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Ticked off outdoors: preventing tick borne illness

Prevention is Key: the common small brown tick is the source of many diseases.
Prevention is Key: the common small brown tick is the source of many diseases that can be prevented.

Nothing says summer to those in health care like poison ivy, lice, chiggers, and ticks; amazing what kids (and many adults) can get into on a simple summer outing! Ticks have a special attachment as the calcium claw at the end of each leg helps them firmly grip the skin as they search for that perfect feeding spot. Ever wonder why a tick can’t be flicked off with the same ease of say, an ant? That’s why. Then, once the tick finds a nice place where the skin is fairly easy to burrow through, they stick their head in and commence with blood sucking.

Tennessee itself is a feasting ground for tick related diseases. According to the CDC Tennessee, ranks high in incidence of several tick borne diseases. Though the Rocky Mountains are far off and those states are among the lowest incidence of the disease, Rocky Mountain Spotted Fever occurs in Tennessee at the rate of between 10 and 14.9 cases per million people, among eight highest states in the nation. Arkansas and the Carolinas, which all border Tennessee, have the highest occurrence at 15 or more cases per million people. This disease is clearly misnamed, perhaps because people found Appalachian Mountain Spotted Fever too difficult to spell without using spell check, but they still wanted to name it after an easy to spell American mountain range (sorry Adirondacks!). Your Intrepid Pharmacist says to write your Congressman and the CDC and demand a name/location change! (That forwarded email I received claiming "we need a universal sarcasm font” was right. We need one).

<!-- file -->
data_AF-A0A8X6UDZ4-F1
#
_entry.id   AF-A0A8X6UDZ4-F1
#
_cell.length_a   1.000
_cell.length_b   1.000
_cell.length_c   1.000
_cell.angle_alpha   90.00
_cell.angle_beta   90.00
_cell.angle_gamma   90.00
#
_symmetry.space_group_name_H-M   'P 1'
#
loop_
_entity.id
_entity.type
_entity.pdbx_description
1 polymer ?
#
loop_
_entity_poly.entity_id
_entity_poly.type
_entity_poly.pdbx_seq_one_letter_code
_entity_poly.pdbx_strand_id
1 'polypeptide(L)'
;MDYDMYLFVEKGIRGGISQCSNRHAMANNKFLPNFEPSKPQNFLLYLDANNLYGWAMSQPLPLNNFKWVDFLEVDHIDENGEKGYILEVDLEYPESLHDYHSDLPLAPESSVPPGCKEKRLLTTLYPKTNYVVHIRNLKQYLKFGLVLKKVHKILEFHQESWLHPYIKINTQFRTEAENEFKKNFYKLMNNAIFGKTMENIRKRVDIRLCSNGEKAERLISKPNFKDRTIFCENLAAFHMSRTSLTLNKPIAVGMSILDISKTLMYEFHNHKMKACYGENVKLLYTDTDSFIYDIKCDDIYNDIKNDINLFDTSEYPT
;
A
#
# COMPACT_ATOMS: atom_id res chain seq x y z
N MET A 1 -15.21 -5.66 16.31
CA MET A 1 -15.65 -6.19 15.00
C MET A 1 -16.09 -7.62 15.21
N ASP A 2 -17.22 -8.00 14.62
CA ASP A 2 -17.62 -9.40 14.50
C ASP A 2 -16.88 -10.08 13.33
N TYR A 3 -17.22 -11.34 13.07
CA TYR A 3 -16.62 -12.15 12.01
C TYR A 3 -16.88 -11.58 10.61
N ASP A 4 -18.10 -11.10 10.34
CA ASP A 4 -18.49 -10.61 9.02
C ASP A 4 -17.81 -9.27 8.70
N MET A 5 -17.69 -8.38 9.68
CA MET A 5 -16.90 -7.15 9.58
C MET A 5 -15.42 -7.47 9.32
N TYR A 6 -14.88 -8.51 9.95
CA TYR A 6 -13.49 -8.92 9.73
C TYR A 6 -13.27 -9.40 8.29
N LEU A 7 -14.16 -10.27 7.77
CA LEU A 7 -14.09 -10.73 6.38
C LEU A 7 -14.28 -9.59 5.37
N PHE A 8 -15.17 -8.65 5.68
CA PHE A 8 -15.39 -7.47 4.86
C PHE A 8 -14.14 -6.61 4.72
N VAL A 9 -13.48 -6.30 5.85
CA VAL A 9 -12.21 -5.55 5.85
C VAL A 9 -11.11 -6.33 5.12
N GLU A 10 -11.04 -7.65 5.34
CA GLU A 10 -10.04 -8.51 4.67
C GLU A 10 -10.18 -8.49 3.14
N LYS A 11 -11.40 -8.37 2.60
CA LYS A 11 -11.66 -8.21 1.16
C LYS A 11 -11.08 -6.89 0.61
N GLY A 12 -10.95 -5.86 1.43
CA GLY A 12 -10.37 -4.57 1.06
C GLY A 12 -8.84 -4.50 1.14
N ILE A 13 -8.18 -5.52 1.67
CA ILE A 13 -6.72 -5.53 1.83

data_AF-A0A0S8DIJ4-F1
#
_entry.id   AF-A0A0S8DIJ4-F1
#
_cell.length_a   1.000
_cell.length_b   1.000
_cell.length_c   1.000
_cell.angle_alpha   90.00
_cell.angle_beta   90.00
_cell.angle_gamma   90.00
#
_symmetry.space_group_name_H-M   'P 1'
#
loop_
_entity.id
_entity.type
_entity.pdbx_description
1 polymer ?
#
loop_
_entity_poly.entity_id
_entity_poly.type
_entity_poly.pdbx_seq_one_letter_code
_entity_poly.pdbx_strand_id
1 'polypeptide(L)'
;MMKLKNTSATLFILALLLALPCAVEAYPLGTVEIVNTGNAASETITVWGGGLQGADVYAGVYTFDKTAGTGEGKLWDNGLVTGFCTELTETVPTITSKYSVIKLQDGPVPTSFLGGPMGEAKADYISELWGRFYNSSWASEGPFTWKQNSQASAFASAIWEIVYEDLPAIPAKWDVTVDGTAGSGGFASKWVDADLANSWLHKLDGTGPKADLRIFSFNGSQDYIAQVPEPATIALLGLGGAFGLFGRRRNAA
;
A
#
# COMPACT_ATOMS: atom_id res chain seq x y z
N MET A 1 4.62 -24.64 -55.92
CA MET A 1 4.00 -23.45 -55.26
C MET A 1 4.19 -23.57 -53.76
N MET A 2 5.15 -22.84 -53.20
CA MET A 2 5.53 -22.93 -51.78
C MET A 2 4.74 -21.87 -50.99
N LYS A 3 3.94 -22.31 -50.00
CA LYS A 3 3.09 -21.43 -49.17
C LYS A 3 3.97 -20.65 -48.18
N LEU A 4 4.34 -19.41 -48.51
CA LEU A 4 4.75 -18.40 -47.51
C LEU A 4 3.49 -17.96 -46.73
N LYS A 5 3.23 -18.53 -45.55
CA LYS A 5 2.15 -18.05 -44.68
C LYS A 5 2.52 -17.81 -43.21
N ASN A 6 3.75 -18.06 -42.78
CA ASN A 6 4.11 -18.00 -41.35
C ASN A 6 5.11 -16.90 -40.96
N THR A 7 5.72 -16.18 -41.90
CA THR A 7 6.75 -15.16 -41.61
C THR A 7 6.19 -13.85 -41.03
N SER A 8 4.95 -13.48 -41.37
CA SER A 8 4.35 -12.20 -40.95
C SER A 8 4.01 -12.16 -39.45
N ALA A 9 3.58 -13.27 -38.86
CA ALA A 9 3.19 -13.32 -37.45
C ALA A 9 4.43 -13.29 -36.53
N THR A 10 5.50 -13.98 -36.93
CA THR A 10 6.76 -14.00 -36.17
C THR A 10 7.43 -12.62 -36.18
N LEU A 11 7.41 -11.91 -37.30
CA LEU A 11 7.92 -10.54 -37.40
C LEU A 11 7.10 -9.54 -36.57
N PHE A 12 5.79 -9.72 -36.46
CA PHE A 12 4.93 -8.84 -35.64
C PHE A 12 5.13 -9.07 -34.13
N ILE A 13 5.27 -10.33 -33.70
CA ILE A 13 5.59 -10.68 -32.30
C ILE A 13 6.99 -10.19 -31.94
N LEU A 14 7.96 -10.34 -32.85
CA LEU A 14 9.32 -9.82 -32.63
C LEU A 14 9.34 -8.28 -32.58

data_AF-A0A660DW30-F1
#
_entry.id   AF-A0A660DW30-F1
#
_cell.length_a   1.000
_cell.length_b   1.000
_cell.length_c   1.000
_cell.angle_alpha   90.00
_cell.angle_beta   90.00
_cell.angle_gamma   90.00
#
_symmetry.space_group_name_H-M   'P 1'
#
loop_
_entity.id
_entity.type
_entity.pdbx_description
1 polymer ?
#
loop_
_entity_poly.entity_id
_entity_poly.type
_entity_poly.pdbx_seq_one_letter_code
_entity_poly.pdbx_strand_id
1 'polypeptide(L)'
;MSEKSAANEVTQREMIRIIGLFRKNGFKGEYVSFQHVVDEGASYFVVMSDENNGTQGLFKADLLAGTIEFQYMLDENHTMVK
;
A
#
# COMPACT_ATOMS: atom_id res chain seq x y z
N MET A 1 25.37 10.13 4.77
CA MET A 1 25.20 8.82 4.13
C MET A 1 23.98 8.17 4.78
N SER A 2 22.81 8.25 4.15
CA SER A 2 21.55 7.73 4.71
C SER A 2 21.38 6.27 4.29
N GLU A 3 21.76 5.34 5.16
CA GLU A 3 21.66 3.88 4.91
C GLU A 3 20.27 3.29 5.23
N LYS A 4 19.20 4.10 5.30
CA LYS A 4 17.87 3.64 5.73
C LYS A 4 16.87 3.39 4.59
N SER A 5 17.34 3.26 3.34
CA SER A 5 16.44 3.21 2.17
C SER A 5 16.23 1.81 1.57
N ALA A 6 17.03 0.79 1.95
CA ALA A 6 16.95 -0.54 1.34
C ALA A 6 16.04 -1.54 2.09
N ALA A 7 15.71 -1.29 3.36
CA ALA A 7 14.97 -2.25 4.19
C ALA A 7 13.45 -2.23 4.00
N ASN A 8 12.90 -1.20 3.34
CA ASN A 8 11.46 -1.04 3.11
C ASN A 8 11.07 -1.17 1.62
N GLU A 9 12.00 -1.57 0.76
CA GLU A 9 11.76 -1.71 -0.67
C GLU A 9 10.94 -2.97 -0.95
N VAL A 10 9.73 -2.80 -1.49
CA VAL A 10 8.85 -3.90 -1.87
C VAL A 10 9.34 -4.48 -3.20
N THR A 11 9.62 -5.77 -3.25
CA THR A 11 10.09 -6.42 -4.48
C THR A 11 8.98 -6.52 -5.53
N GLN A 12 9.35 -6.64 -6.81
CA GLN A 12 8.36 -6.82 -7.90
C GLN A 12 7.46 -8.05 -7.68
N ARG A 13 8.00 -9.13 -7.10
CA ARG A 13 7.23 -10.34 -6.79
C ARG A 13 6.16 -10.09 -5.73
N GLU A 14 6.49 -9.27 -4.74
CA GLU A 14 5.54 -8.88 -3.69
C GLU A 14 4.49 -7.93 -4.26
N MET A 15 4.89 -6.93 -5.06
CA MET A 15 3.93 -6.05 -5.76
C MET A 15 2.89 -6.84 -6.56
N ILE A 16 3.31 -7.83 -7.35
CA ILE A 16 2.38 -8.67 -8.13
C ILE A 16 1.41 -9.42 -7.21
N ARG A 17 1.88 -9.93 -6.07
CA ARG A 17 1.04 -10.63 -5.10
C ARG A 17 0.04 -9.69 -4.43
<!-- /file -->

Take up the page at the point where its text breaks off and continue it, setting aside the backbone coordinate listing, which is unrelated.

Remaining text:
Tennessee ranks among the top three in the nation for the icky sounding illness erlichiosis. Happily, Tennessee is among the bottom states for Lyme Disease incidence, with only 24 occurrences in 2008, compared to a whopping 2,738 cases in the comparatively small confines of Connecticut, where Lyme disease and its name originate.

Now there are a lot of factors to tick induced illnesses: geography, type of tick (yes, there are several), treatments for the tick bite (usually doxycycline), and you can read on these via the hyperlinks located throughout this column and at the CDC tick website. The focus here is the more important prevention and, failing that, successful tick removal, the latter of which is rife with Old Wives Tales that can be harmful.

Your Intrepid Pharmacist will be the first to tell you that prevention is not new news, but somehow these details escape people’s thinking when they are planning outdoor activities. First and foremost, wear light colored clothing! Yes, jeans are always the durable outdoor attire of choice (short leg “jorts” or long leg versions). They are durable, comfortable, hide dirt stains well, and, in the hands of the Abercrombie & Fitch people, sexy. And we all know nothing makes one feel and look sexier than wearing a pair of A&F jeans while sweating buckets on hike through the forest in summer or autumn heat.  Tick season does not end just because spring and summer do.